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OrtholugeDB


NAR Molecular Biology Database Collection entry number 1573
Whiteside, M.D., Winsor, G.L., Laird, M.R., Brinkman, F.S.L.
Department of Molecular Biology and Biochemistry, Simon Fraser University, Burnaby, British Columbia, V5A 1S6, Canada
Contact brinkman@sfu.ca

Database Description

OrtholugeDB provides ortholog predictions for completely sequenced bacterial and archaeal genomes from NCBI based on reciprocal best-BLAST hits, supplemented with further evaluation by the more precise Ortholuge method. The OrtholugeDB resource facilitates improved microbial comparative analysis by offering:
  • A unique approach to ortholog prediction, called Ortholuge that focuses on identifying the subset orthologs best suited for comparative genomics applications rather than all evolutionary orthologs. Ortholuge evaluates predicted orthologs, identifying those whose divergence reflects the species level of divergence. These orthologs are more likely to have similar functions. OrtholugeDB makes Ortholuge-based ortholog predictions readily available to the microbial research community (note however, availability of Ortholuge evaluations is determined by the availability of a suitable reference outgroup species. When no suitable outgroup species exists, RBB-based predictions are still presented).
  • In-paralog predictions based on the InParanoid method. In-paralogs are genes that have duplicated subsequent to species divergence. Gene duplication can alter gene function (for example through subfunctionalization).
  • Pre-computed ortholog groups that have been constructed for multiple hierarchical levels that represent consistent, phylogenetic groups. Instead of relying on taxonomic classifications such as Genus, Family etc. that are highly variable in terms of evolutionary relatedness, we computed consistent groupings using a distance metric. This approach allows researchers to select the ortholog group level with the desired scope and accuracy (ortholog groups constructed for closely related species are often more accurate).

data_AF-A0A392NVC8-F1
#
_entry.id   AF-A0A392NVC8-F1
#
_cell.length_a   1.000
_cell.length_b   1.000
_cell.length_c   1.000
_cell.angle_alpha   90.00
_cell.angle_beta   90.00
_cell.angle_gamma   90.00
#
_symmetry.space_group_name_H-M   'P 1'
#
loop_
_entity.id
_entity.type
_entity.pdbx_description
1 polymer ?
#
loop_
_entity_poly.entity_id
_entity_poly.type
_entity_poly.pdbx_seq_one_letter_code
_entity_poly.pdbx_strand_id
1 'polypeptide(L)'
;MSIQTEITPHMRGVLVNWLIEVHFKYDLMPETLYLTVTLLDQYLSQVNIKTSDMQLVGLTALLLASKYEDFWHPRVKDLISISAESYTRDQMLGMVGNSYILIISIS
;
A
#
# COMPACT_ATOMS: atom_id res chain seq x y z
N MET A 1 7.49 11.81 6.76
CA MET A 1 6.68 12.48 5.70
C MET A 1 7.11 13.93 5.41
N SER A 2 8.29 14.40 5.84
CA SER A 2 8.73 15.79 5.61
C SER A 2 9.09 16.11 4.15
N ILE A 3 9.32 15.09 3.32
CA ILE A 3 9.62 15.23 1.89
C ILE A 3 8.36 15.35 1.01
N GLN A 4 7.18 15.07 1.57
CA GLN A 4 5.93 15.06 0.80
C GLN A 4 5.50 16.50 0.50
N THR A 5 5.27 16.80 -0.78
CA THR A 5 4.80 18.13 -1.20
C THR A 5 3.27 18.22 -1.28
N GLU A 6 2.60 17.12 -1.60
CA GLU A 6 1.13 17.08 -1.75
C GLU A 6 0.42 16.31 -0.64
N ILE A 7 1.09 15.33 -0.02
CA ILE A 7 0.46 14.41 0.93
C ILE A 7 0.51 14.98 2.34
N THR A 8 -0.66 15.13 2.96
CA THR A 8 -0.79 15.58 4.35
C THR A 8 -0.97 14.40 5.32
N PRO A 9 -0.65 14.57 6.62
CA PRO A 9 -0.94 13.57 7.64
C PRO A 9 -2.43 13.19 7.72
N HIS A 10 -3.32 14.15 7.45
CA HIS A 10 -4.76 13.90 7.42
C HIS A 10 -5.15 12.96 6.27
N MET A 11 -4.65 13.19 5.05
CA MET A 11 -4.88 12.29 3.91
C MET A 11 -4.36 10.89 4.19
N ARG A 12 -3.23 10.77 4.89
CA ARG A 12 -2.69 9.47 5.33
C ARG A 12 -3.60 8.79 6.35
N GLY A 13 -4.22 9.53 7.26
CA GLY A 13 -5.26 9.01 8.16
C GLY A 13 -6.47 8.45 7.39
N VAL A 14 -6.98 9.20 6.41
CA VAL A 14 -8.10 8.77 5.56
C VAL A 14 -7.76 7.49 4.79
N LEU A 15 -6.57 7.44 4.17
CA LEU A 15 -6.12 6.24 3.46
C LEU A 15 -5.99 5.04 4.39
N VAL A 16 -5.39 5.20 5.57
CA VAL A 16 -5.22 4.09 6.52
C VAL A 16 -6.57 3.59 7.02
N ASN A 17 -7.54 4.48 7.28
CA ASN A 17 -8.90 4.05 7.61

• Features that facilitate the rapid of extraction of bacterial and archaeal orthologs. OrtholugeDB provides multiple types of queries that allow the retrieval of orthologs for single genes to multiple genomes. These search interfaces are designed to be straightforward and easy to use. We also provide the ability to perform complex queries that identify genes that have or lack orthologs in multiple other species. Result pages provide visualizations, such as the ortholog group graph view, the phyletic matrix view and the gene context view, that help with evaluating and conceptualizing ortholog data. Data can be downloaded in multiple formats.

    OrtholugeDB will be routinely updated to incorporate new sequenced bacterial and archaeal genomes in NCBI.

  • References

    1. Fulton,D.L., Li,Y.Y., Laird,M.R., Horsman,B.G.S., Roche,F.M. and Brinkman,F.S.L. (2006) Improving the specificity of high-throughput ortholog prediction. BMC bioinformatics, 7, 270.

    2. Altschul,S.F., Madden,T.L., Schäffer,A.A., Zhang,J., Zhang,Z., Miller,W. and Lipman,D.J. (1997) Gapped BLAST and PSI-BLAST: a new generation of protein database search programs. Nucleic acids research, 25, 3389–402.

    3. Pruitt,K.D., Tatusova,T., Brown,G.R. and Maglott,D.R. (2012) NCBI Reference Sequences (RefSeq): current status, new features and genome annotation policy. Nucleic acids research, 40, D130–5.

    4. Benson,D.A., Karsch-Mizrachi,I., Lipman,D.J., Ostell,J. and Sayers,E.W. (2009) GenBank. Nucleic acids research, 37, D26–31.

    5. Remm,M., Storm,C.E. and Sonnhammer,E.L. (2001) Automatic clustering of orthologs and in-paralogs from pairwise species comparisons. Journal of molecular biology, 314, 1041–52.

    6. Ostlund,G., Schmitt,T., Forslund,K., Köstler,T., Messina,D.N., Roopra,S., Frings,O. and Sonnhammer,E.L.L. (2010) InParanoid 7: new algorithms and tools for eukaryotic orthology analysis. Nucleic acids research, 38, D196–203.

    7. Jensen,L.J., Julien,P., Kuhn,M., von Mering,C., Muller,J., Doerks,T. and Bork,P. (2008) eggNOG: automated construction and annotation of orthologous groups of genes. Nucleic acids research, 36, D250–4.



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